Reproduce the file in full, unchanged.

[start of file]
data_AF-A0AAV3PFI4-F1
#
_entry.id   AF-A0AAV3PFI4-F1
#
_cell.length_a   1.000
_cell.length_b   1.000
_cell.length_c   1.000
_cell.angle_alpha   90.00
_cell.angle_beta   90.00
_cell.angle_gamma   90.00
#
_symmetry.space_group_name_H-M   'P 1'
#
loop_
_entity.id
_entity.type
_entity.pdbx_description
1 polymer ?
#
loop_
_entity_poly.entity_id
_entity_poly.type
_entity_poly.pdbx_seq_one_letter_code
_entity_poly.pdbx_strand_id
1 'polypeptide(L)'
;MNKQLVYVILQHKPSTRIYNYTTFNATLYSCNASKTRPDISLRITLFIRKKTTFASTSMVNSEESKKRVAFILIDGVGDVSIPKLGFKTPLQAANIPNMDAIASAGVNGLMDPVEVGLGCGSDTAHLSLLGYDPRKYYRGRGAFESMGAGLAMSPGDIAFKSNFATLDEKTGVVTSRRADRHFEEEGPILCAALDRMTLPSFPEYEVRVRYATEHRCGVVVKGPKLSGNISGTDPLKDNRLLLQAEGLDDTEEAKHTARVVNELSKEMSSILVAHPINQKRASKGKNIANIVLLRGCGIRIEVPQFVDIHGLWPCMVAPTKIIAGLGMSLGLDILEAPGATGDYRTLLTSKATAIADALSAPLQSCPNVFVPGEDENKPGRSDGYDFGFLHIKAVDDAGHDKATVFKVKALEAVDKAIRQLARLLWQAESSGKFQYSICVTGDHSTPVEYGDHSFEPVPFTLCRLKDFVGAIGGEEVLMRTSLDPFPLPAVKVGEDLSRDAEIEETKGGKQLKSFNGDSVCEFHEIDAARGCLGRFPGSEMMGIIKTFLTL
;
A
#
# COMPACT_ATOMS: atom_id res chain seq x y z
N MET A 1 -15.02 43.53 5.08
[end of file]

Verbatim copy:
data_AF-A0AAV3PFI4-F1
#
_entry.id   AF-A0AAV3PFI4-F1
#
_cell.length_a   1.000
_cell.length_b   1.000
_cell.length_c   1.000
_cell.angle_alpha   90.00
_cell.angle_beta   90.00
_cell.angle_gamma   90.00
#
_symmetry.space_group_name_H-M   'P 1'
#
loop_
_entity.id
_entity.type
_entity.pdbx_description
1 polymer ?
#
loop_
_entity_poly.entity_id
_entity_poly.type
_entity_poly.pdbx_seq_one_letter_code
_entity_poly.pdbx_strand_id
1 'polypeptide(L)'
;MNKQLVYVILQHKPSTRIYNYTTFNATLYSCNASKTRPDISLRITLFIRKKTTFASTSMVNSEESKKRVAFILIDGVGDVSIPKLGFKTPLQAANIPNMDAIASAGVNGLMDPVEVGLGCGSDTAHLSLLGYDPRKYYRGRGAFESMGAGLAMSPGDIAFKSNFATLDEKTGVVTSRRADRHFEEEGPILCAALDRMTLPSFPEYEVRVRYATEHRCGVVVKGPKLSGNISGTDPLKDNRLLLQAEGLDDTEEAKHTARVVNELSKEMSSILVAHPINQKRASKGKNIANIVLLRGCGIRIEVPQFVDIHGLWPCMVAPTKIIAGLGMSLGLDILEAPGATGDYRTLLTSKATAIADALSAPLQSCPNVFVPGEDENKPGRSDGYDFGFLHIKAVDDAGHDKATVFKVKALEAVDKAIRQLARLLWQAESSGKFQYSICVTGDHSTPVEYGDHSFEPVPFTLCRLKDFVGAIGGEEVLMRTSLDPFPLPAVKVGEDLSRDAEIEETKGGKQLKSFNGDSVCEFHEIDAARGCLGRFPGSEMMGIIKTFLTL
;
A
#
# COMPACT_ATOMS: atom_id res chain seq x y z
N MET A 1 -15.02 43.53 5.08